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What Early England Gave to Music

(From “The Young Folks’ Standard History of Music”)

[A few chapters suitable for periodical publication selected from the above mentioned work have appeared in past issues of The Etude. These are part of a series of forty “story-lessons” designed to assist private teachers or history classes in securing the interesting and vital facts in musical history in the most attractive and direct manner possible. Although the book is intended to be absolutely simple, the author has aimed to produce a work equally interesting to the adult and to the child.—Editor’s Note.]

After one has learned what had been done on the European continent during the first fifteen hundred years after the birth of Christ, our knowledge of history would be very incomplete if we did not study something of the works of the first composers of early England.

That music was known in early Ireland, Wales, Scotland and England there can be no doubt. The stories of the musical “bards” or poets are very many. In the fifth century in Ireland the most famous musician was the King O’Brien Boru, and the harp he is said to have owned, with twenty-eight strings, is to be seen in the Dublin Museum. We have learned that the credit for the first Polyphonic (many voiced) writing was given to John Dunstable, who was an Englishman. We have also learned that what is supposed to be the first example of Polyphonic writing was the old English canon “Sumer is icumen in.”

Thomas Tallis, was probably the most celebrated English musician after Dunstable. He was born in 1510, and died in 1585. He was organist at Waltham Abbey, and at the Chapel Royal. With his pupil, Byrd, he obtained a monopoly of the music publishing business in England. He left many remarkable choral works which won him the title of “The Father of English Choral Music.” One of his hymns known as “Tallis” is still to be found in our hymnals. The music of this hymn is:


William Byrd (born 1543 and died 1623). He was a pupil of Tallis, and became organist at Lincoln, and later, at the Chapel Royal. He wrote a great deal for the “virginal,” which was a keyboard instrument with strings like a piano, but with a different method of sounding the strings. Byrd also wrote many masses, motets, anthems, psalms, madrigals and songs and was thought by many in his own day to be equal to Palestrina and Di Lasso.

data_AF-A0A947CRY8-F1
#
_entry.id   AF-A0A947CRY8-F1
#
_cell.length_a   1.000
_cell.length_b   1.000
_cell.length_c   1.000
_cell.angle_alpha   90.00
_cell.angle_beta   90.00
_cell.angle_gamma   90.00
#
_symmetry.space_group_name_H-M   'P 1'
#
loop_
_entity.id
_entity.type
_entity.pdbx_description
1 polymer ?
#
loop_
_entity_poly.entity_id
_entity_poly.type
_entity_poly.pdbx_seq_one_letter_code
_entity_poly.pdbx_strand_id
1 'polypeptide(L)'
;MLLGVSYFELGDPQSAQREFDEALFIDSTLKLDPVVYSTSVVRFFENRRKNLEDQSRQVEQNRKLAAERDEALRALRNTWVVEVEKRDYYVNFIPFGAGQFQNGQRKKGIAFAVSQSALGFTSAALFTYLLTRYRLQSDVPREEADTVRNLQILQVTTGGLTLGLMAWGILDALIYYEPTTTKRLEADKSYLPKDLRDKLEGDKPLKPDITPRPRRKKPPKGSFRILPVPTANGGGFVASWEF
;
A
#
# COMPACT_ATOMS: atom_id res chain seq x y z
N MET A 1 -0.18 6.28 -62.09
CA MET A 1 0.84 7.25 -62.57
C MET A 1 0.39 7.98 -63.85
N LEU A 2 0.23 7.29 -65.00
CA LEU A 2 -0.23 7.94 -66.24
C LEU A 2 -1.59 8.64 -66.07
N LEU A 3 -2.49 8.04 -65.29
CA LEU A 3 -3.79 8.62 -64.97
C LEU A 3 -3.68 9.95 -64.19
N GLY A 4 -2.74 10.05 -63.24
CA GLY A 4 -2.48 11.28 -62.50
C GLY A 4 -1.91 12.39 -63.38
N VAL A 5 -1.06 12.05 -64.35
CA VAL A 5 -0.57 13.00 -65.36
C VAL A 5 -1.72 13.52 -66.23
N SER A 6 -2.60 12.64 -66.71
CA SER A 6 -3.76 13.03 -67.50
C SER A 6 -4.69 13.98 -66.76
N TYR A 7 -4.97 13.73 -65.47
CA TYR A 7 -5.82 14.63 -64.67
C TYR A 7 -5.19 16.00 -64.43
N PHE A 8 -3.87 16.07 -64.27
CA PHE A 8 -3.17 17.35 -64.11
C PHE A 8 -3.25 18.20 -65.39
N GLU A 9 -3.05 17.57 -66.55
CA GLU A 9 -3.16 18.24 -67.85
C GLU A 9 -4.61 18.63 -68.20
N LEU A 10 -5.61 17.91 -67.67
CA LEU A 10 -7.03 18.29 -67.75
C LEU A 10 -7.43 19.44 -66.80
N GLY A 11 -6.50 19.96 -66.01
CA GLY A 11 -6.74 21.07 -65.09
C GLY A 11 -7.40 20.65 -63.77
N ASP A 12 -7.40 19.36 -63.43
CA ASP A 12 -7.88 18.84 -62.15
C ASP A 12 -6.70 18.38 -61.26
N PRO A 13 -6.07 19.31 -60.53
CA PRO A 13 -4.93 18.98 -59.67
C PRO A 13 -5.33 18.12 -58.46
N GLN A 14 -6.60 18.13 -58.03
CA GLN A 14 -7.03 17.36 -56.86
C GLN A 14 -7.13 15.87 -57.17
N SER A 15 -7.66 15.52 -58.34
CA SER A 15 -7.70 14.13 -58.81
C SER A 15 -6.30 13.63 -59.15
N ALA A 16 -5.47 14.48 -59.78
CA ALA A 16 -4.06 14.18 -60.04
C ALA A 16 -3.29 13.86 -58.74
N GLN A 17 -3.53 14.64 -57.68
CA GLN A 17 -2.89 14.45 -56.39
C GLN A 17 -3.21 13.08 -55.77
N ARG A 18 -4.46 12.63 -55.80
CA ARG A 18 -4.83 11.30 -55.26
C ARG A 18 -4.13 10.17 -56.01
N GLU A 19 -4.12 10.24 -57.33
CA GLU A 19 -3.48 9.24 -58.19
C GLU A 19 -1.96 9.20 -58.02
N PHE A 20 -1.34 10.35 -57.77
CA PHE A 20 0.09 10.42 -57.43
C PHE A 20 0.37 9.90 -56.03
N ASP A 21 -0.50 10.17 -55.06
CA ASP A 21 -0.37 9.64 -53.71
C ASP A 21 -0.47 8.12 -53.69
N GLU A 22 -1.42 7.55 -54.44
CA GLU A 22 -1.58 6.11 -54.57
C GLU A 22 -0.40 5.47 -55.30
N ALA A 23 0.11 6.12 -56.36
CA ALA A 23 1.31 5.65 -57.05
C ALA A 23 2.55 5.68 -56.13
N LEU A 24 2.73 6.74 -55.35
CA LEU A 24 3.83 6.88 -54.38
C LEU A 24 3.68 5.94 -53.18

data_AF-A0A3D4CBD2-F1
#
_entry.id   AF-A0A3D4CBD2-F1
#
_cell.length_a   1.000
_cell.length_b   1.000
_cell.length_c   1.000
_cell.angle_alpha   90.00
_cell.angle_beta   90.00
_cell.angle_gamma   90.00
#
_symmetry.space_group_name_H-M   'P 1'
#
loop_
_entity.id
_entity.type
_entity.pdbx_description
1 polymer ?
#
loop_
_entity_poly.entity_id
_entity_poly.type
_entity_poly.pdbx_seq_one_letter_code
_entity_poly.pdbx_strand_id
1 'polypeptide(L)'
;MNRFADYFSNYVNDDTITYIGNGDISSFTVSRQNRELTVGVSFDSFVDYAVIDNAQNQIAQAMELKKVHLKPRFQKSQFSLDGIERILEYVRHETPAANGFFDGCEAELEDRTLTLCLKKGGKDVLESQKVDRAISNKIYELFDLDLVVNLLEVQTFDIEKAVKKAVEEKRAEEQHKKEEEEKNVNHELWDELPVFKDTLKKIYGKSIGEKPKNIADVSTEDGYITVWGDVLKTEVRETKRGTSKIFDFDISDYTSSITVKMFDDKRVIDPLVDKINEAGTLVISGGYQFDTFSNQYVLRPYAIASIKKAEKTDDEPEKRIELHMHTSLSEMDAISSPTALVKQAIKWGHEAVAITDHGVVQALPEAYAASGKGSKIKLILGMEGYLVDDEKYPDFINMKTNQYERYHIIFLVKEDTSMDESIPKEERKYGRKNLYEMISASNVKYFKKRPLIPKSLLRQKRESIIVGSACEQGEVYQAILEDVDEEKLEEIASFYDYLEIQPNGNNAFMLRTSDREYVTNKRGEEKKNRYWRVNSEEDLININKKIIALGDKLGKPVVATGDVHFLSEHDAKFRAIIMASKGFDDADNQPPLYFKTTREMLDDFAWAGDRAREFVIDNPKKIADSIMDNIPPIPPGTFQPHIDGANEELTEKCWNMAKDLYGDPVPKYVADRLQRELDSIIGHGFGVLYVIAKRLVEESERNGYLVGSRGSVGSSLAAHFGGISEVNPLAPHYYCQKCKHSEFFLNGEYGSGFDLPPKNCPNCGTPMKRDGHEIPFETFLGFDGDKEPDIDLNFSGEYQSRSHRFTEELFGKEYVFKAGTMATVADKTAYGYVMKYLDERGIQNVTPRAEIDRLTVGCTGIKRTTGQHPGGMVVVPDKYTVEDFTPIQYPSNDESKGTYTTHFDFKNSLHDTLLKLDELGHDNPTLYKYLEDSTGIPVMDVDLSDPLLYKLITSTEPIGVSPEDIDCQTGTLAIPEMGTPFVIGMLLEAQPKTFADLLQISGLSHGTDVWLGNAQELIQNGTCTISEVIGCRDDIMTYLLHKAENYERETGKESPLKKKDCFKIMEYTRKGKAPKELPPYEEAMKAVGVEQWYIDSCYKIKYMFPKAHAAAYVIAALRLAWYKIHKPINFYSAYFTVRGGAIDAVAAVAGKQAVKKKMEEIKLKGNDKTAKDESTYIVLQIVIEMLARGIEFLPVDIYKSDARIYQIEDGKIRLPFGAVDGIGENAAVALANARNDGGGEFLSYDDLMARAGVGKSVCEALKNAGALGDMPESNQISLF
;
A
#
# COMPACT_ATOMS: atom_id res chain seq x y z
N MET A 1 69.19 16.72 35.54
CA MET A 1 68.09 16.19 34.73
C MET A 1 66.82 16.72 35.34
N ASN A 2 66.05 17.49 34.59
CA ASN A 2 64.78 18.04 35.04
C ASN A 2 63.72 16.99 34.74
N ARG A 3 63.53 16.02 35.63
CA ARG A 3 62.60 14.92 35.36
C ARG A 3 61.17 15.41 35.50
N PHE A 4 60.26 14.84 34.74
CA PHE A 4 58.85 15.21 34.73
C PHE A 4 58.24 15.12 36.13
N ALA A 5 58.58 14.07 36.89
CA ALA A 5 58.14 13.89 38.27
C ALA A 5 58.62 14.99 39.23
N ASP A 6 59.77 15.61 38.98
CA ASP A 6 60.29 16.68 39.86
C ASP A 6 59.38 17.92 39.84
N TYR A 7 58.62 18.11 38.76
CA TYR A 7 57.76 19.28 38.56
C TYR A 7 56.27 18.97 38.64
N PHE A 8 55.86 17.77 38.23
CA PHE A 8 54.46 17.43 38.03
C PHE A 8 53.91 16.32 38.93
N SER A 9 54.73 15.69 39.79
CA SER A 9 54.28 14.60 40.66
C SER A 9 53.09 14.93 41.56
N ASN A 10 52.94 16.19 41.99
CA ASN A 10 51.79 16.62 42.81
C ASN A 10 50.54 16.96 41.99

John Bull (born 1562 and died 1628) became organist of the Chapel Royal in 1597 and later became Professor of Music at Gresham College. He was very famous as a virtuoso and in 1617 became organist of the Cathedral in Antwerp. His polyphonic writing was considered excellent and wrote many pieces for instruments with keyboards. The melody of “God Save the King” (sung in America to the word of “My Country, ‘Tis of Thee”) was for many years attributed to Dr. Bull.

henry-purcell.jpgWithout question, however, the most famous composer in early England was Henry Purcell who died in 1695 at the age of 37. His family was musical and he was left an orphan and entered the Chapel Royal as a choir boy, serving under the famous organists Cooke, Humphrey and Blow. In 1675 he set music to a play by Tate which met with such immediate success that he continued to write other songs and music for plays with great rapidity. He wrote music for over forty plays and operas for which the leading poets of his day furnished the words. In 1680 he became organist at Westminster Abbey and two years later at the Chapel Royal. This turned his attention to composition for the church and he wrote over one hundred anthems, three services and numerous songs, etc. His music was very original and for nearly two centuries his position as the greatest of all English musicians was not disputed by any.

Among other early English musicians whose works have won enduring fame for them are Henry Lawes (1595-1662) who wrote the music to Milton’s “Comus” and who was a great friend to the immortal epic poet. Thomas Augustine Arne (1710-1778) was the composer of “Rule Britannia” and some of the most vigorous as well as the most graceful English songs. He was a Doctor of Music of Oxford and wrote two oratorios, several operas and the music to some of the Shakespeare plays.


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